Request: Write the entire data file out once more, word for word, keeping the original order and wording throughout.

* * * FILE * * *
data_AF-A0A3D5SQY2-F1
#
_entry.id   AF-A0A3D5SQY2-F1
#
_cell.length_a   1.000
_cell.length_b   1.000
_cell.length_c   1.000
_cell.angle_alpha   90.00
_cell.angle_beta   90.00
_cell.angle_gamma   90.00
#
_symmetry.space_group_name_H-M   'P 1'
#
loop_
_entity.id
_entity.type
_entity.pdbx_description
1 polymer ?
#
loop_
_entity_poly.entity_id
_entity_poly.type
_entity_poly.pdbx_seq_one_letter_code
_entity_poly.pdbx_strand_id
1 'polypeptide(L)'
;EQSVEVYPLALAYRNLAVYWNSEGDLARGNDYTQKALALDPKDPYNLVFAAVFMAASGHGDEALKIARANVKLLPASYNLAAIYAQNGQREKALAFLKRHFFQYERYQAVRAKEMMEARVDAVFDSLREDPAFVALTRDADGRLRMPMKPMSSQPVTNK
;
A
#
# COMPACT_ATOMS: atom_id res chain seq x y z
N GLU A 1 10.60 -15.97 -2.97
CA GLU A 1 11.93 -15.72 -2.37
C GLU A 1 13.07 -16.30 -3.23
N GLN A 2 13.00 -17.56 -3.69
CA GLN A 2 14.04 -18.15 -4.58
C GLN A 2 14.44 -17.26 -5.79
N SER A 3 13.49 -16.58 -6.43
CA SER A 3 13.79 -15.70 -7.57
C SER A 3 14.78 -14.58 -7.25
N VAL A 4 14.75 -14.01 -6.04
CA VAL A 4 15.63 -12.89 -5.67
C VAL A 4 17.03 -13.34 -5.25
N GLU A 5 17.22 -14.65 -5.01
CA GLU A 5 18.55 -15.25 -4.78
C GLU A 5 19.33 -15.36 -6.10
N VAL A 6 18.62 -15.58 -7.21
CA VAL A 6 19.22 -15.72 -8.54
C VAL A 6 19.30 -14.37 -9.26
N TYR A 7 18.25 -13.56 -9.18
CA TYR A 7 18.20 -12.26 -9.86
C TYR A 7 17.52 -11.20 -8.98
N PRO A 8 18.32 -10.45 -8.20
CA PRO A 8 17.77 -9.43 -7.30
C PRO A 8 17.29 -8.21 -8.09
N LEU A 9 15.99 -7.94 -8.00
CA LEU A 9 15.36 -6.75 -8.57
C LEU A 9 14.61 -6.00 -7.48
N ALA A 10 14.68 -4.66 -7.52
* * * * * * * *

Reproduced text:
data_AF-A0A3D5SQY2-F1
#
_entry.id   AF-A0A3D5SQY2-F1
#
_cell.length_a   1.000
_cell.length_b   1.000
_cell.length_c   1.000
_cell.angle_alpha   90.00
_cell.angle_beta   90.00
_cell.angle_gamma   90.00
#
_symmetry.space_group_name_H-M   'P 1'
#
loop_
_entity.id
_entity.type
_entity.pdbx_description
1 polymer ?
#
loop_
_entity_poly.entity_id
_entity_poly.type
_entity_poly.pdbx_seq_one_letter_code
_entity_poly.pdbx_strand_id
1 'polypeptide(L)'
;EQSVEVYPLALAYRNLAVYWNSEGDLARGNDYTQKALALDPKDPYNLVFAAVFMAASGHGDEALKIARANVKLLPASYNLAAIYAQNGQREKALAFLKRHFFQYERYQAVRAKEMMEARVDAVFDSLREDPAFVALTRDADGRLRMPMKPMSSQPVTNK
;
A
#
# COMPACT_ATOMS: atom_id res chain seq x y z
N GLU A 1 10.60 -15.97 -2.97
CA GLU A 1 11.93 -15.72 -2.37
C GLU A 1 13.07 -16.30 -3.23
N GLN A 2 13.00 -17.56 -3.69
CA GLN A 2 14.04 -18.15 -4.58
C GLN A 2 14.44 -17.26 -5.79
N SER A 3 13.49 -16.58 -6.43
CA SER A 3 13.79 -15.70 -7.57
C SER A 3 14.78 -14.58 -7.25
N VAL A 4 14.75 -14.01 -6.04
CA VAL A 4 15.63 -12.89 -5.67
C VAL A 4 17.03 -13.34 -5.25
N GLU A 5 17.22 -14.65 -5.01
CA GLU A 5 18.55 -15.25 -4.78
C GLU A 5 19.33 -15.36 -6.10
N VAL A 6 18.62 -15.58 -7.21
CA VAL A 6 19.22 -15.72 -8.54
C VAL A 6 19.30 -14.37 -9.26
N TYR A 7 18.25 -13.56 -9.18
CA TYR A 7 18.20 -12.26 -9.86
C TYR A 7 17.52 -11.20 -8.98
N PRO A 8 18.32 -10.45 -8.20
CA PRO A 8 17.77 -9.43 -7.30
C PRO A 8 17.29 -8.21 -8.09
N LEU A 9 15.99 -7.94 -8.00
CA LEU A 9 15.36 -6.75 -8.57
C LEU A 9 14.61 -6.00 -7.48
N ALA A 10 14.68 -4.66 -7.52